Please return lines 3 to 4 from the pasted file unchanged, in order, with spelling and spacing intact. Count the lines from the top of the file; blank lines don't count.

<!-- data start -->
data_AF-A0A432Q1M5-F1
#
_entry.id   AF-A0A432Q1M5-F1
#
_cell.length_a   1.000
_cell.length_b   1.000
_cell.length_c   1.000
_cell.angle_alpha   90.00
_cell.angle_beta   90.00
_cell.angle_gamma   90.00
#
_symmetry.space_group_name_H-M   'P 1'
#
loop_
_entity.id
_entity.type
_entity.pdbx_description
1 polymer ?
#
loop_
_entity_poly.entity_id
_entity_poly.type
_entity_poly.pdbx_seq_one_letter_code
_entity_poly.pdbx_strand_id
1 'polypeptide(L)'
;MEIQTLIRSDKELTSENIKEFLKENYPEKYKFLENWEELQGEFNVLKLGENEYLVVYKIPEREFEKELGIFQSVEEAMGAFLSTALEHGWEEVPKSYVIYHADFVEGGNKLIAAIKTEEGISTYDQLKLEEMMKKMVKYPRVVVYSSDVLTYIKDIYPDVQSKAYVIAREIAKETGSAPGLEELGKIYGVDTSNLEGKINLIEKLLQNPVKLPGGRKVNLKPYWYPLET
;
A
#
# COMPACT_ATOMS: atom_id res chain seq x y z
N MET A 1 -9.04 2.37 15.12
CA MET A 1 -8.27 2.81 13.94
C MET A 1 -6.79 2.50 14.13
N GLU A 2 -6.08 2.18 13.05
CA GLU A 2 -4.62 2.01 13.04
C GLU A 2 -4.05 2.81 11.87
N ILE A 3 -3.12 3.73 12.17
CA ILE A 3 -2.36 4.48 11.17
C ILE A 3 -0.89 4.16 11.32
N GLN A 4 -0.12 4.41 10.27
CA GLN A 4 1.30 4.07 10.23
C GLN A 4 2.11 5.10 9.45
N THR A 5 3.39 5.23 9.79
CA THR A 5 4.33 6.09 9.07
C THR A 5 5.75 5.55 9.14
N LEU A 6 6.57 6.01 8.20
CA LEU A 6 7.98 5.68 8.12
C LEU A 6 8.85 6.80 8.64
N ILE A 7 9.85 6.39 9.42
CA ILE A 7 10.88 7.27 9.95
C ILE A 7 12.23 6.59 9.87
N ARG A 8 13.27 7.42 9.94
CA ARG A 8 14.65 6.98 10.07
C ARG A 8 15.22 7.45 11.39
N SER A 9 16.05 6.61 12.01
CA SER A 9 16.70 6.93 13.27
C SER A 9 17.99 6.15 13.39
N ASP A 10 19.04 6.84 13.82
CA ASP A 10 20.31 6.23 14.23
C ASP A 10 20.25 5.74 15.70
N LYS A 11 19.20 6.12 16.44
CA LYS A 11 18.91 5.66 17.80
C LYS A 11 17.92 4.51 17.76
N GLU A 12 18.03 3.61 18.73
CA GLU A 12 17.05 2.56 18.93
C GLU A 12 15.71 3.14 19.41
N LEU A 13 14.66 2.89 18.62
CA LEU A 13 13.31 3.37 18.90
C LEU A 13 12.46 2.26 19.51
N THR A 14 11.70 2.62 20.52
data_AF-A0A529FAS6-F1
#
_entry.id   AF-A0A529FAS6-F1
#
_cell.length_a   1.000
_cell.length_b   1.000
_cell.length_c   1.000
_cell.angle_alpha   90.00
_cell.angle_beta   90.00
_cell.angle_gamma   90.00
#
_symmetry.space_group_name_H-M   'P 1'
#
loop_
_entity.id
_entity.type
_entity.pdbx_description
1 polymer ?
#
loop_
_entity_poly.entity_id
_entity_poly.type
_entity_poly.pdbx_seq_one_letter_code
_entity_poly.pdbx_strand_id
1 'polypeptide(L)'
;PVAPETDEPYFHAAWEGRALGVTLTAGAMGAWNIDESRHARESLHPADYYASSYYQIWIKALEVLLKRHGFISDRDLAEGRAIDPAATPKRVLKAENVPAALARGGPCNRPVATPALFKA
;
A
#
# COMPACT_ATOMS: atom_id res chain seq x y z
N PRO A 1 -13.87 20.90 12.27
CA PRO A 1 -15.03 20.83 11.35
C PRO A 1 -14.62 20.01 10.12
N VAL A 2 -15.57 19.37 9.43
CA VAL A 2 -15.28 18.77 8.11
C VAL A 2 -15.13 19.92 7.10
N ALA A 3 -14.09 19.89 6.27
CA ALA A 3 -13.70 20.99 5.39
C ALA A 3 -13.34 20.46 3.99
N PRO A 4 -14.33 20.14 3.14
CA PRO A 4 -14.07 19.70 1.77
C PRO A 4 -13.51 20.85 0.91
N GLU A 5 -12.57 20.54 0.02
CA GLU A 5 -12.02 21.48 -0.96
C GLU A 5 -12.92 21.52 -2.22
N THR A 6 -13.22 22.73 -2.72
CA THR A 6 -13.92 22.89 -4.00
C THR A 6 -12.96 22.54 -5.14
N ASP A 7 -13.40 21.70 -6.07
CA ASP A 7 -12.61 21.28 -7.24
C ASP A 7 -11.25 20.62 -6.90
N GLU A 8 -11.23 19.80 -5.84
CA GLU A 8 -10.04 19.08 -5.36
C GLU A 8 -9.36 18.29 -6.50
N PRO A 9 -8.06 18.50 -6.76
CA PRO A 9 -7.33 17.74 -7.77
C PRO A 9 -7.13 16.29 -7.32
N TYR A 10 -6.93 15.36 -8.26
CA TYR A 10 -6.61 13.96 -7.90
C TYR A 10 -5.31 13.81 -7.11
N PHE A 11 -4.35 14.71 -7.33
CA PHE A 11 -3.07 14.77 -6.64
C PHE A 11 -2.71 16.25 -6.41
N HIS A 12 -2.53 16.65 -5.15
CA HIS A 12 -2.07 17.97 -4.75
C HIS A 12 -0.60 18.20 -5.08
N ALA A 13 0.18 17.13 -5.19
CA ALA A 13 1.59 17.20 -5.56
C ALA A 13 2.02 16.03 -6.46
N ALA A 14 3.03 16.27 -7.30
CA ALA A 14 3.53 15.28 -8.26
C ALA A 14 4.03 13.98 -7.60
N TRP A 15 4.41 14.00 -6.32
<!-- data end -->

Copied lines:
_entry.id   AF-A0A432Q1M5-F1
#